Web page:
Anyone who cares about the financial viability of the book business should read Author’s Guild President Scott Turow’s open letter on the implications of the government’s threatened anti-trust suit against major publishers and Apple over alleged collusion in e-book pricing.
Recommended Reading: Lydia Davis’s new short story, “Old Men Around Town,” in the New Statesman. “He stops to tell us that he must be up early in the morning – to get down to the factory. The factory is gone, his men are gone, but he still seems to be in charge of something.” For more Davis, check out her new collection.
“What we call them is entirely irrelevant: emigrants, migrants, refugees, exiles—we all know to whom we refer. Refugeedom is our common cultural meme. It is the story with which Christian civilization begins. We bear the imprint of the furious index finger God used to banish Adam and Eve from Eden.” Dubravka Ugrešić writes about displacement and the refugee crisis for the Literary Hub. Pair with Arnon Grunberg’s Millions essay on Ugrešić’s legacy.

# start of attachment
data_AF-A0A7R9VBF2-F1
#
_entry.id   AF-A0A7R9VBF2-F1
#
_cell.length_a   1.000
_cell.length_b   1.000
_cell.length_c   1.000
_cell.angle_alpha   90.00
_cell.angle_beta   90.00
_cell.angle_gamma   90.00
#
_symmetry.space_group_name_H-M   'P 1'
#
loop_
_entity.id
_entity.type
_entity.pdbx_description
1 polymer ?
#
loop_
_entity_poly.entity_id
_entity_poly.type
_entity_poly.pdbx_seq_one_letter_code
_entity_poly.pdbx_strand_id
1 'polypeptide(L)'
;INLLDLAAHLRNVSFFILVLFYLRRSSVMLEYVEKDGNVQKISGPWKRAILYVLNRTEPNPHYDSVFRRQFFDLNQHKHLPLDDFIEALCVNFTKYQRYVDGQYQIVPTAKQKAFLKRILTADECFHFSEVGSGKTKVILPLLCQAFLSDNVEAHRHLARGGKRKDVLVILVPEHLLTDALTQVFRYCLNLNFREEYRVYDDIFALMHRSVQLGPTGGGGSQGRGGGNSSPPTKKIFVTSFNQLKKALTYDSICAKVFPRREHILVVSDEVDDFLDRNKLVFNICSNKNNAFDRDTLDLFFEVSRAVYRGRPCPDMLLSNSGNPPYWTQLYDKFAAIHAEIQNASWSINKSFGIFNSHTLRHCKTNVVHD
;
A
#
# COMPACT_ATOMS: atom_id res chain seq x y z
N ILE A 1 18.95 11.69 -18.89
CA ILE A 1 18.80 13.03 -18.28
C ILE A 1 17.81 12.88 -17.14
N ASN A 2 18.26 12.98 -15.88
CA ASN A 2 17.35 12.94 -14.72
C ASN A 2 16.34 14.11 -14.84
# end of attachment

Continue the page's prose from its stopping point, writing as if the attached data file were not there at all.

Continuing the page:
Writing for Vouched Books (of which I’ve raved previously), Tyler Gobble dedicates his “Best Thing I’ve Read This Week” column to Laurie Saurborn Young’s Patriot chapbook. The work collects thirteen poems – each entitled “Patriot” – which “craft as they go a sense of living, having lived, the naming as a startling mechanism to remind just how much there is here, right here, hello.”
Last month, Austin Bunn published The Brink, his debut collection of short stories. The stories, as Ryan Krull describes them in The Rumpus, hinge on pushing characters to some personal limit of behavior. In an interview, Bunn talks about why that is, as well as his new short film, In the Hollow.